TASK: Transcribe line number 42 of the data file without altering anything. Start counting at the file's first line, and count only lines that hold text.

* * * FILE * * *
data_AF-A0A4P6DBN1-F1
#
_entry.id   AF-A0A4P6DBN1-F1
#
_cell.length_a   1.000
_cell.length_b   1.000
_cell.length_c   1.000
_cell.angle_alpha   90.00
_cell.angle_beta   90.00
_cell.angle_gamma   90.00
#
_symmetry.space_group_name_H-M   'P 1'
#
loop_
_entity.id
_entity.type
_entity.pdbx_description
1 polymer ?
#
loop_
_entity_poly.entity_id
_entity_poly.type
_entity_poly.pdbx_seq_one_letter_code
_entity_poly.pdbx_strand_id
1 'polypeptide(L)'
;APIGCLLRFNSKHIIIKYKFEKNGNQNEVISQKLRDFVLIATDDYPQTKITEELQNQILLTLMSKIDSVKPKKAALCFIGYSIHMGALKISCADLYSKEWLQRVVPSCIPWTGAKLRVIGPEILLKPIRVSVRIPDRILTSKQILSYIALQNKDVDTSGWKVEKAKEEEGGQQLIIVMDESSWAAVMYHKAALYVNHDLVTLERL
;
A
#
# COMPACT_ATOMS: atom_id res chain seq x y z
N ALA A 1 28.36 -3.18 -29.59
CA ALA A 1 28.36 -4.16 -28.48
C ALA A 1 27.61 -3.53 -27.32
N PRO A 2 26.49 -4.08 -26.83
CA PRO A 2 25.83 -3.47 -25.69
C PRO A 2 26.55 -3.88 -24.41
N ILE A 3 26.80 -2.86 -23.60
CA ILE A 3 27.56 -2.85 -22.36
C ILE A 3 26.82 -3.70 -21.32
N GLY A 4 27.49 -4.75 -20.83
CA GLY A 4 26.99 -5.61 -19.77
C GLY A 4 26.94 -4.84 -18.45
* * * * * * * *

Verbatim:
C GLY A 4 26.94 -4.84 -18.45